10. James McGrath, co-founder of Yoreevo
?The big, broad change I see in real estate over the next 5-10 years is dramatically higher efficiency. Buying or selling a home is still pretty much the same as it was decades earlier and that’s because it’s still run by individual agents who have small operations and therefore don’t have the potential return to justify significant investments to increase efficiency and profitability. As companies start to run the process, rather than agents, we’re going to and already starting to see that change.?
11. Adena Hefets, co-founder and CEO of Divvy Homes
Adena Hefets?The real estate landscape has drastically changed over the last decade, resulting in a new and exciting ecosystem that benefits both buyers and sellers. The result of all this innovation already has, and will continue to, dramatically improve the customer experience ? as more real estate companies will apply the immense data they have collected from being in the market to their platforms. This data application will help us better understand the market, helping home buyers negotiate, obtain a mortgage, deal with title issues and escrow, and efficiently remove many of the headaches that previously plagued the home buying experience.?
12. Bruce Ailion, Associate Broker at RE/MAX Town & Country and Founder of LocationLocationLocation.com
Bruce Ailion?Real estate runs in 8 to 10-year cycles. This will continue. We had hundreds of thousands of new agents enter the business since the Great Recession and many new concepts funded by Wall Street and Silicon Valley. The near term downturn will clear the field. The outcome will be new models and a return to business models and agents having to be profitable to survive. There will be a place for iBuyers, discounters, DYI buyers, but it will be relatively small. Movement of the Millennial demographic cohort and the Baby Boomer demographic cohort will have predictable impacts on housing markets.?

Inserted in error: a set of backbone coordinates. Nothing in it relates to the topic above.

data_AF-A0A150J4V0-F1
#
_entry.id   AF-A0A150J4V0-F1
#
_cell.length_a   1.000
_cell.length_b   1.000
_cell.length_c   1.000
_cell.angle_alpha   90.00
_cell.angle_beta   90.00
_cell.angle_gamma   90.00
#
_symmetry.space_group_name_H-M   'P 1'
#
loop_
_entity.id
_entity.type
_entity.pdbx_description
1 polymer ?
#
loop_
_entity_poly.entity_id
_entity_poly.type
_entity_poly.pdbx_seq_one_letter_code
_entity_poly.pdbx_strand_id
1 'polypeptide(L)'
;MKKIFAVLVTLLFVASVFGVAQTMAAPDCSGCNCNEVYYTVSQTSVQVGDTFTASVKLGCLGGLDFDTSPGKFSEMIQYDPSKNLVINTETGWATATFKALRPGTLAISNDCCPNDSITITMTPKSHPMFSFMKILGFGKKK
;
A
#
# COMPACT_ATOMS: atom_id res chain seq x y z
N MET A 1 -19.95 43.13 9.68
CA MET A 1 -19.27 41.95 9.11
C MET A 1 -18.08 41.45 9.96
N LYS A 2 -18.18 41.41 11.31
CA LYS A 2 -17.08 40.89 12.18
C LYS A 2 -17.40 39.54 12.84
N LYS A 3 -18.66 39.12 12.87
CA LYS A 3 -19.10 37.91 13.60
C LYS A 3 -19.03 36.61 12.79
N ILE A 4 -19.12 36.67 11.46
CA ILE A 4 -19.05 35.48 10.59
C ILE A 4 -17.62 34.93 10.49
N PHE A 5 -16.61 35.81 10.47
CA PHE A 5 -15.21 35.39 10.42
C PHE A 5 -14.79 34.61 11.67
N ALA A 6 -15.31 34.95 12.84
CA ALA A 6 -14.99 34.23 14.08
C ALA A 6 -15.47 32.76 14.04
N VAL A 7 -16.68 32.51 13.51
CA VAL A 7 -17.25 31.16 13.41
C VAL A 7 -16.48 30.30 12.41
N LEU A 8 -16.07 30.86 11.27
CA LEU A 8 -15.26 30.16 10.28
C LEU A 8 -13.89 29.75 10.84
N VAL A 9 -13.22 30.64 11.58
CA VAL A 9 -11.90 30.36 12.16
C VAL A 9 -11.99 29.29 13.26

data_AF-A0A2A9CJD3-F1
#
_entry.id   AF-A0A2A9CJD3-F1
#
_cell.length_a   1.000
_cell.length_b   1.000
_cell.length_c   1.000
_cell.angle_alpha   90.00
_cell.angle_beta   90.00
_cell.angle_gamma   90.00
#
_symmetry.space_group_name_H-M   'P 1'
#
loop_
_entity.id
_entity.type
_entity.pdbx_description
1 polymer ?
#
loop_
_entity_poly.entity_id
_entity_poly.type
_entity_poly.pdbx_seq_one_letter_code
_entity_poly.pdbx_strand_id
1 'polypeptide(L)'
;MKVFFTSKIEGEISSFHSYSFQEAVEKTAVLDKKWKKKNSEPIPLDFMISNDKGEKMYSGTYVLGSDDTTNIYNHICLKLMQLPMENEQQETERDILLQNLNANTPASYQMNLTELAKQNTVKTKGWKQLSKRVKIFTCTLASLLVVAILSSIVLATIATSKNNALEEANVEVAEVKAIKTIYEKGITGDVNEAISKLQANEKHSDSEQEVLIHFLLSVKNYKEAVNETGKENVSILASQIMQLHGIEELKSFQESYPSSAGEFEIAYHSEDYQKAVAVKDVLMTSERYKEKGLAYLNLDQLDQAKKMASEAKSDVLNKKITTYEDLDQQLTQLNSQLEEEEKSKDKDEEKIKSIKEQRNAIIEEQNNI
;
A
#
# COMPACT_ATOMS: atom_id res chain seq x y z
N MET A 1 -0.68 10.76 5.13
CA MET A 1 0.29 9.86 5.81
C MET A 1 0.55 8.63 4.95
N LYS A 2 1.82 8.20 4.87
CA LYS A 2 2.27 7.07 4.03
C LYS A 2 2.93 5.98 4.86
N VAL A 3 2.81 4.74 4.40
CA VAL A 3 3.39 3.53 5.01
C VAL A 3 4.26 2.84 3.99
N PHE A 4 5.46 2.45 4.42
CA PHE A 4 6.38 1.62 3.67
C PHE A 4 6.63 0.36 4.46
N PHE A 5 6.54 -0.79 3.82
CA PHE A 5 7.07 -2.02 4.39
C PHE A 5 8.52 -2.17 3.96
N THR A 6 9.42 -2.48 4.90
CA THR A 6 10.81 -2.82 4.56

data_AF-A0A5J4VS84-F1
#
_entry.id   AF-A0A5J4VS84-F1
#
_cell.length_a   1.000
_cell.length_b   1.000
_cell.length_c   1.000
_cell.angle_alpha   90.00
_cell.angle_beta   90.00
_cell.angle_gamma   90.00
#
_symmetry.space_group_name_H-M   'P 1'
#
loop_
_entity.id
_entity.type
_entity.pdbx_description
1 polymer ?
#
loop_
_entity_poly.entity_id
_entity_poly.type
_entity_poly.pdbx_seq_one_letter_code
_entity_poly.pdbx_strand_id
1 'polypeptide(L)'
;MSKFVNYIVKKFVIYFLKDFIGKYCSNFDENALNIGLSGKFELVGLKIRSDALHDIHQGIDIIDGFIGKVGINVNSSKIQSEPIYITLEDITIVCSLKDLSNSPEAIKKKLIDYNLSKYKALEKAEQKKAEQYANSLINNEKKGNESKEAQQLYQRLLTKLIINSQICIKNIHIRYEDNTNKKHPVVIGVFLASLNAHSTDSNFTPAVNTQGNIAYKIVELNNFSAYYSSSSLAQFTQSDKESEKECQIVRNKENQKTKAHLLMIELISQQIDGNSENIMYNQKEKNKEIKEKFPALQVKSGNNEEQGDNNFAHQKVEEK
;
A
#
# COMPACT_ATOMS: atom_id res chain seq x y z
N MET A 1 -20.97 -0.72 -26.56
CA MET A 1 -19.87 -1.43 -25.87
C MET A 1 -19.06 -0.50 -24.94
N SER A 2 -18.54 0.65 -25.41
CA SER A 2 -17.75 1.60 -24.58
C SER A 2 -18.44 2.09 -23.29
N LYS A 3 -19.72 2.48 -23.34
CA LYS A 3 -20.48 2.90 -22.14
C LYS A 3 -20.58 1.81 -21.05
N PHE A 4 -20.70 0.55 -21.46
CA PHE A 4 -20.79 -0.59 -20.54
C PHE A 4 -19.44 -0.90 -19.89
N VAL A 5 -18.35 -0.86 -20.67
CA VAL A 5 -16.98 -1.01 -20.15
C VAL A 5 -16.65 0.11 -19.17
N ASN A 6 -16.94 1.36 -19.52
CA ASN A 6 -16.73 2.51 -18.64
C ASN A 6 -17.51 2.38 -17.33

13. Daniel Steinfeld, CEO at On the Block Realty
?Without question, the increasing availability and accessibility of information has made transparency the single most important driver fuelling the tech developments in real estate.?
14. Zach Lombardi, Principal of the Aranson Lombardi Team at Compass
?There is a strong movement inclusive of Millennials to Baby Boomers who are actively viewing real estate as a smart investment; interest has steadily increased from these demographics over recent years. Homeownership is on the rise in many cities and the on-going trend is families and single people alike, purchasing smaller homes closer to cities and public transportation that are more affordable and easier to maintain. With continued historically low-interest rates and healthy price corrections, at a micro-level, we see home values continuing to appreciate.?